TEHRAN, Iran — The death of Mahsa Amini last week after her arrest by Iran’s morality police has sparked anger and anxiety among many women in the Islamic republic.
“I’m frightened,” said Nazanin, a 23-year-old nurse from Tehran, who told AFP she is now far more careful about how she wears her headscarf to avoid run-ins with the police unit responsible for enforcing a strict Islamic dress code for women.
Amini, a Kurd, had been detained for allegedly wearing a hijab headscarf in an “improper” way, and died at a Tehran hospital after having spent three days in a coma.
Public anger has flared over her death, and at least six protesters have been killed in nationwide demonstrations, according to Iranian officials.
Several women questioned in the Iranian capital on Wednesday all asked to be identified by their first names only for safety reasons.
The behavior of the morality police — known formally as the Gasht-e Ershad or “Guidance Patrol” — “isn’t right,” Nazanin said.
“They shouldn’t confront people at all” or interfere with how women dress, she added.
“I don’t understand why they do it,” she said, insisting that “everyone respects the law.”
“Hijab is a choice,” said Mahtab, a 22-year-old makeup artist, wearing an orange headscarf outside her shop in an affluent neighborhood in Tehran’s north.
“It shouldn’t be forced. I like to wear it… others prefer a chador,” she added, referring to the conservative black full-body dress.
Mahtab is “afraid of seeing” the morality police, but said she hasn’t changed “at all” how she dresses.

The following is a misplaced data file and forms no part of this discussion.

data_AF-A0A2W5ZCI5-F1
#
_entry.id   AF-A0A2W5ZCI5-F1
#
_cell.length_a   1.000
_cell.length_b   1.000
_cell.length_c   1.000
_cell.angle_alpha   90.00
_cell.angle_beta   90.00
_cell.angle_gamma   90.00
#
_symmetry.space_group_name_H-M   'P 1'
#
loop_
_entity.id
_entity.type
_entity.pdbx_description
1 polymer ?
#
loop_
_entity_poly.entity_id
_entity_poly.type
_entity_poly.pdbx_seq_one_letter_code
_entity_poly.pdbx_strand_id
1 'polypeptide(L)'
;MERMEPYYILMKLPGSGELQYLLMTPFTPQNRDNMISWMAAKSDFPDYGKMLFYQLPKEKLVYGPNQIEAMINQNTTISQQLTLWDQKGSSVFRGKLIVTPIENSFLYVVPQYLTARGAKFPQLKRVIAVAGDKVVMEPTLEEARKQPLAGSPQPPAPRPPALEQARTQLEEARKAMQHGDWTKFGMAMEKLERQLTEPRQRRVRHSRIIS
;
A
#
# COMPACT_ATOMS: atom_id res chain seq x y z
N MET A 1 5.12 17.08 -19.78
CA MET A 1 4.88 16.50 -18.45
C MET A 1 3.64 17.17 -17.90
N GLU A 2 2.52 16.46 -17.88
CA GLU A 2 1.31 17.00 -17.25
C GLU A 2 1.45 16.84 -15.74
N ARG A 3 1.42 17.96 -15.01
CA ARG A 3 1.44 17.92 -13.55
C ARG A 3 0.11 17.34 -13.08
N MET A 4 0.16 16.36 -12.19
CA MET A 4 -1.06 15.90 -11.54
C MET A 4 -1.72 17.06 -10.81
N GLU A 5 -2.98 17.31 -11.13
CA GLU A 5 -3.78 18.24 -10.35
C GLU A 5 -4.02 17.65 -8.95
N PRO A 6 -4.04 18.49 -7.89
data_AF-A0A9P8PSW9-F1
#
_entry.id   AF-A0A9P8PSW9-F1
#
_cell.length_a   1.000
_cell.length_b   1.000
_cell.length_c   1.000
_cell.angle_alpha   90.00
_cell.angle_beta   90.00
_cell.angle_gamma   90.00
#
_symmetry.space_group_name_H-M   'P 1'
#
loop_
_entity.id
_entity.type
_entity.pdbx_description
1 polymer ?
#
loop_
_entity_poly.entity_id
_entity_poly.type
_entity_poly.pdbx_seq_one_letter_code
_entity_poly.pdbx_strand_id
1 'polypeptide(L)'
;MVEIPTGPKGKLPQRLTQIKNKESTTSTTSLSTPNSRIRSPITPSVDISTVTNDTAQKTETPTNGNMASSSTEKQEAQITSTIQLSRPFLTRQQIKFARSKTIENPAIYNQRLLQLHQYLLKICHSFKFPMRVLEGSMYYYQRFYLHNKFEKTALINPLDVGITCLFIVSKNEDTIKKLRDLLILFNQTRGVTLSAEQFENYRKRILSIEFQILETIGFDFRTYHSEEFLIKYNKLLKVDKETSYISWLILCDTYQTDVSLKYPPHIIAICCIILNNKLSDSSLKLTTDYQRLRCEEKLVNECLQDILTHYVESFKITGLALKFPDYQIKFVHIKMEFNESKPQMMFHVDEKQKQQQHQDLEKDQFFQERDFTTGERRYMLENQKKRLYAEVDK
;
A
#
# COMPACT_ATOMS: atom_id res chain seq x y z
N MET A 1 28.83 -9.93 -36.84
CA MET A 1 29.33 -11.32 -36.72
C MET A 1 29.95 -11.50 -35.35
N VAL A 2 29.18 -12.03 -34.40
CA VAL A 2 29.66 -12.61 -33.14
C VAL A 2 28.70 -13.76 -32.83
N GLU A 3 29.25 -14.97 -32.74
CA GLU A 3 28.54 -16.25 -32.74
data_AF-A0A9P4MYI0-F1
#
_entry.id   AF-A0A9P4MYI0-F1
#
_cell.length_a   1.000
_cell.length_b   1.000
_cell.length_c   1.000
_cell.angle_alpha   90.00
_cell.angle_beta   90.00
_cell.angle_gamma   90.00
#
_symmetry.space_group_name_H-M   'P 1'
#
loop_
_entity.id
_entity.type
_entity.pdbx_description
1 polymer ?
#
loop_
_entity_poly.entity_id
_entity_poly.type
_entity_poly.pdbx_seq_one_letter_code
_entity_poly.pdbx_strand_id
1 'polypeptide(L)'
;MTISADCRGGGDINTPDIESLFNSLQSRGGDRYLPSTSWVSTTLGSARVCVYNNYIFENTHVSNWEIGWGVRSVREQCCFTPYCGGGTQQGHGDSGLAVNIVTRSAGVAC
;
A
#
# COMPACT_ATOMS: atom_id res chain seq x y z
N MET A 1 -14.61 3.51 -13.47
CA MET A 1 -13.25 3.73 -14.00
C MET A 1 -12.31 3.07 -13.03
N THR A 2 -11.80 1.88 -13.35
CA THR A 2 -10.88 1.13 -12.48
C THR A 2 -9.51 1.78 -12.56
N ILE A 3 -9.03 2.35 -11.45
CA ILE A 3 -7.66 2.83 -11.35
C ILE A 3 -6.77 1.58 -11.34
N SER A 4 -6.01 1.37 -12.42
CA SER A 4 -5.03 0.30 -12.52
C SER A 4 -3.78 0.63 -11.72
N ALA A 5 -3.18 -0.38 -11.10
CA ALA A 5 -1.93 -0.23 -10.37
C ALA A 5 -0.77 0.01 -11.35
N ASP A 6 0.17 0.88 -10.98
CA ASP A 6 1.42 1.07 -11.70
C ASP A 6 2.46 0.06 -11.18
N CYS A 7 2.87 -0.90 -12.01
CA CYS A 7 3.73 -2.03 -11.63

However, she said she wouldn’t “dare” take part in the many demonstrations in the capital and more than a dozen other cities since Amini’s death was announced last Friday, and she called the protesters “brave.”
In Iran, women — regardless of their faith — are required to cover their hair, and the morality police bans them from wearing coats above the knee, tight pants, bright colors or torn jeans.
“Wearing hijab shouldn’t be something that is regulated by the law,” said Reyhaneh, a 25-year-old student.
According to Mahtab, “they should let people choose, like in other countries.”
Reyhaneh, too, hasn’t changed how she dresses, but said she has grown more wary of the morality police, insisting that violence by officers should be banned.
Activists said Amini had suffered a fatal blow to the head, a claim denied by officials, who have announced an investigation.
“With this latest incident, people are no longer calling this unit Ghasht-e Ershad but Ghatl-e Ershad (Death Patrol),” she said.
“Wearing hijab is a personal question, and women have a basic right to dress however they want,” Reyhaneh added.